Neurosurgery Blog


Daily bibliographic and video review of the Neurosurgery Department. La Fe University Hospital. Valencia, Spain

Interventional magnetic resonance imaging‑guided subthalamic nucleus deep brain stimulation for Parkinson’s disease: Patient selection


Surg Neurol Int 02-Aug-2016;7:

Interventional magnetic resonance imaging (iMRI) guided deep brain stimulation (DBS) for Parkinson’s disease (PD) has been shown to be effective. The costs of a dedicated intraoperative MRI may be prohibitive. The procedure can also be performed in a diagnostic scanner, however this presents challenges for utilization of time when the scanner is used both as a diagnostic and an interventional unit. This report outlines our novel methodology for patient selection for implantation in a diagnostic MR scanner, as an attempt to streamline the use of resources. A retrospective review of our outcomes is also presented.

Methods: DBS candidacy evaluation included a PD questionnaire‑39. Anxiety, age, difficulties in communication and body habitus were factors that were assessed in selecting patients for this technique. Eleven patients underwent iMRI‑guided DBS implantation in the subthalamic nucleus. All patients were implanted bilaterally. Unified PD rating scale (UPDRS) part III and L‑dopa dose were compared pre‑ and post‑stimulation. A cohort of 11 DBS patients not selected for iMRI‑guided DBS were also reported for comparison.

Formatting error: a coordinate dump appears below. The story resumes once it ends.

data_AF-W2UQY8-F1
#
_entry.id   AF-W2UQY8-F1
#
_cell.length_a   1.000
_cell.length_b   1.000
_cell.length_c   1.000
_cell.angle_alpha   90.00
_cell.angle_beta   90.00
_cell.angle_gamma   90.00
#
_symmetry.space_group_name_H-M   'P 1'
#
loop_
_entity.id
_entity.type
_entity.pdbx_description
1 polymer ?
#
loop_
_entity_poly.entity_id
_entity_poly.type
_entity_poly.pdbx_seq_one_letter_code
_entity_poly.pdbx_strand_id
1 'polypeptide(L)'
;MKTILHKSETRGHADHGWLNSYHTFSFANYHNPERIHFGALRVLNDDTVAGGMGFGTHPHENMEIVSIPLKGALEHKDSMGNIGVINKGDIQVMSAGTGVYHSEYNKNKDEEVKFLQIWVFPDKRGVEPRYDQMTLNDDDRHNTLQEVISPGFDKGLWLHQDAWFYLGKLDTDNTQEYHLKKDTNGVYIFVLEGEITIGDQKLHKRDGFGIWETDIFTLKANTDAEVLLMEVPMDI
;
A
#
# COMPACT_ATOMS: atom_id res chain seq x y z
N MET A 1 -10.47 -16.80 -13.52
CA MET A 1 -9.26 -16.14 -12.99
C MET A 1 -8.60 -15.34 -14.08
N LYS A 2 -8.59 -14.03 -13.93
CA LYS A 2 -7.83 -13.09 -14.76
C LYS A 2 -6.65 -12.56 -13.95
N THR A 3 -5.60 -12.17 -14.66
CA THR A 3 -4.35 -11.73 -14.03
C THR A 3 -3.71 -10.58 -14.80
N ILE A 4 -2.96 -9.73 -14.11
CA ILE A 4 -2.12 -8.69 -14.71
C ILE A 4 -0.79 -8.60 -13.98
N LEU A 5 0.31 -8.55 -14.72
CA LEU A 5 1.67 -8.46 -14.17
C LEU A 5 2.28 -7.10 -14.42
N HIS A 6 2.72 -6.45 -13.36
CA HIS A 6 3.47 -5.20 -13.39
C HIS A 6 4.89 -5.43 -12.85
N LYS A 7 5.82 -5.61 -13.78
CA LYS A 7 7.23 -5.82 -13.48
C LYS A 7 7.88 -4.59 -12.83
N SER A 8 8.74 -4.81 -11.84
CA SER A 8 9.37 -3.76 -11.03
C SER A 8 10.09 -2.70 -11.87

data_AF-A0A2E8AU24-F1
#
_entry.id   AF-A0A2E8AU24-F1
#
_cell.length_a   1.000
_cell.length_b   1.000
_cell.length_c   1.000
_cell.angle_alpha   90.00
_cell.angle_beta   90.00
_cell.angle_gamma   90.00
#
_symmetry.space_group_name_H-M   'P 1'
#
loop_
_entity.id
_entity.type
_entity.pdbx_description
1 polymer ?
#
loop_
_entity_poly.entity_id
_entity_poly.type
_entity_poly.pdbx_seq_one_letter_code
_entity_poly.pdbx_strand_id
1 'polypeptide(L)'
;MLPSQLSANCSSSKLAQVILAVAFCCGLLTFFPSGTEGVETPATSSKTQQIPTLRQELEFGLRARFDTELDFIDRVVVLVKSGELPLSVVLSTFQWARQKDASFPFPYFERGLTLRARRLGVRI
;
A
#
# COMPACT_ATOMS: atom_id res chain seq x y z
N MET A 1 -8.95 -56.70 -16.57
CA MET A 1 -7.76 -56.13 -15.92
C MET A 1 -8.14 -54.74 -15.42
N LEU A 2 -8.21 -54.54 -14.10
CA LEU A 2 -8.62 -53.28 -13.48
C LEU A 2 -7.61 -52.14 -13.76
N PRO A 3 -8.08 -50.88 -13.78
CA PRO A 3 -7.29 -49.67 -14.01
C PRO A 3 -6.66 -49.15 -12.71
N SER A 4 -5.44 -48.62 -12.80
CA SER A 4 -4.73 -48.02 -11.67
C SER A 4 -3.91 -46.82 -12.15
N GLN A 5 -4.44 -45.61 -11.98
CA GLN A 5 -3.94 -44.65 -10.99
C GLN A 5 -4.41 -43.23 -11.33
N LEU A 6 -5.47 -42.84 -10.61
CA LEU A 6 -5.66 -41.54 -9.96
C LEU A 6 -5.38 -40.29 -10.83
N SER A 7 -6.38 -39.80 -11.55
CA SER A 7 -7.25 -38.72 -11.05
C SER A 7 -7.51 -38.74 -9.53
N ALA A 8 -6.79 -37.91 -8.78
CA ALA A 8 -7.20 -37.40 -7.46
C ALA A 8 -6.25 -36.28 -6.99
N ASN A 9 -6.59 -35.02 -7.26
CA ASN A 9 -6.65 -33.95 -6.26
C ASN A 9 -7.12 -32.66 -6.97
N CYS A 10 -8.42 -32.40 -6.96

Results: For the iMRI‑guided patients, mean “Off” UPDRS III score was 47.6 (standard deviation [SD] 8.26). Postoperative “On” medication, “On” stimulation UPDRS III was 13.6 (SD 5.23). Mean preoperative L‑dopa dose was 1060 mg (SD 474.3) and mean postoperative L‑dopa dose was 320 (SD 298.3).

Conclusion: iMRI‑guided DBS is a newly emerging technique for surgical treatment of patients with PD. We present a novel scoring system for patient selection assessing anxiety, age, ability to communicate, and body habitus to identify patients who will be benefited most from this technique.

Internal and external spheno-orbital meningioma varieties: different outcomes and prognoses

SO Meningiomas

Acta Neurochir (2016) 158:1587–1596

Internal variation among spheno-orbital meningiomas  (SOM) is surgically challenging. Optic canal invasion  management is discussed.